WOLFSON: I assume it does apply in this case. And we all believe in the First Amendment. The First Amendment does protect religious freedom. That’s a separate issue from whether a business must serve people in the business. Mr. Shackelford talks about being forced to participate in a wedding. They weren’t being forced to come to the wedding. They weren’t being forced to perform the wedding. They were being obliged to serve a cake in the same way they serve a cake to anybody else who comes in their shop, whether that person be black or white, gay or non-gay, a man or a woman. That’s the obligation that businesses have in the business space.
And again, we can go back and forth. The idea that somehow the couple is being told they can’t say what they want to say, makes no sense to me. I certainly wouldn’t support that either. I don’t believe that’s the facts of the case. But let’s not get sidetracked with —
SHACKELFORD: It is.
WOLFSON: — the detail here, because that just doesn’t make any sense.
The important point here is that we have seen these kinds of arguments again and again and again, in the ’50s and the ’60s and the ’70s when opponents of civil rights failed to block civil rights advances; they then tried to subvert them by carving out exemptions, by carving out special licenses to discriminate, and they often disguised those as claims of religious freedom.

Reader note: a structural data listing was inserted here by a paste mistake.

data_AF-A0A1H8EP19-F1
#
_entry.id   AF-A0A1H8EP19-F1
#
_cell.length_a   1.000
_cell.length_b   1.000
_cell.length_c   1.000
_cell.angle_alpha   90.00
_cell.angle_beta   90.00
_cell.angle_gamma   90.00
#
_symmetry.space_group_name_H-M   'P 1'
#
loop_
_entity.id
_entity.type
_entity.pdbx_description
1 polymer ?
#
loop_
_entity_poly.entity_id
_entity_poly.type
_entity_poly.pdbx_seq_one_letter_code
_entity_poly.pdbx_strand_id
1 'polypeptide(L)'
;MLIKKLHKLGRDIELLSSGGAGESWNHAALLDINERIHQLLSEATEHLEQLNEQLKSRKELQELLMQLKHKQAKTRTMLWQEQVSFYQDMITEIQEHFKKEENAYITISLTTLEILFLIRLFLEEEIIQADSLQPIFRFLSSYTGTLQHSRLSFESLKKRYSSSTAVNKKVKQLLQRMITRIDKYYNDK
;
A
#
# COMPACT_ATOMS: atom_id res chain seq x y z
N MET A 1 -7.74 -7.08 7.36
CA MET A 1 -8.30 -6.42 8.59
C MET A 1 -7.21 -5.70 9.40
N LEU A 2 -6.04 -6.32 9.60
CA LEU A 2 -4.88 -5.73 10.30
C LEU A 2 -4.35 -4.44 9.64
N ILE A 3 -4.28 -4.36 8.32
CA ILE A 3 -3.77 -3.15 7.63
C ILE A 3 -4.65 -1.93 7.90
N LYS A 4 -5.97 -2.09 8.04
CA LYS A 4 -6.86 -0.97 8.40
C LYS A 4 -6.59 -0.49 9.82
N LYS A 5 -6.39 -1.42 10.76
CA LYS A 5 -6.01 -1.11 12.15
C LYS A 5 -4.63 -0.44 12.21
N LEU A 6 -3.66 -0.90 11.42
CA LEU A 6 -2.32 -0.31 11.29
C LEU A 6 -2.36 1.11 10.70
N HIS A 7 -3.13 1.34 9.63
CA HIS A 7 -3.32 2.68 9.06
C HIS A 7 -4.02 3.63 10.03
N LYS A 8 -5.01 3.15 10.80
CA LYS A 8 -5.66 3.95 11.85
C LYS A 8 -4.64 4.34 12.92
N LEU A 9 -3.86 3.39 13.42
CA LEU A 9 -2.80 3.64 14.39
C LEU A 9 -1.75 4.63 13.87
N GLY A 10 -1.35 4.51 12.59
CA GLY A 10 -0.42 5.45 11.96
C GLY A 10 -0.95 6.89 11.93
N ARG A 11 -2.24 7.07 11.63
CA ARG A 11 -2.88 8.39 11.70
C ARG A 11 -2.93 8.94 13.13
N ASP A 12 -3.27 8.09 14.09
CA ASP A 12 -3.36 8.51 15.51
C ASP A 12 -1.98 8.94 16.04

SHACKELFORD: I don’t think–
WOLFSON: The American people have seen — let me just say, the American people have seen again and again that there actually is no conflict. We share the public space. We share the market space. But what we believe and what we say as Americans is absolutely free for all of us. Whether we agree with it or not.
SHACKELFORD: I think it’s the exact opposite. The analogy doesn’t really fit. If you go back and look at what Evan is talking about, you’ll find that the groups that led the charge against getting rid of the ban on interracial marriage or religious groups — the first case were two Catholics. The civil rights movement came out of the church. The idea that we’re now going to silence people that have a different belief would be a very dangerous thing. The church is somewhat the conscience for our country. The women suffrage movement, the child labor laws, the things that come out of allowing people to freely disagree even with the public is what leads to great advances in our country.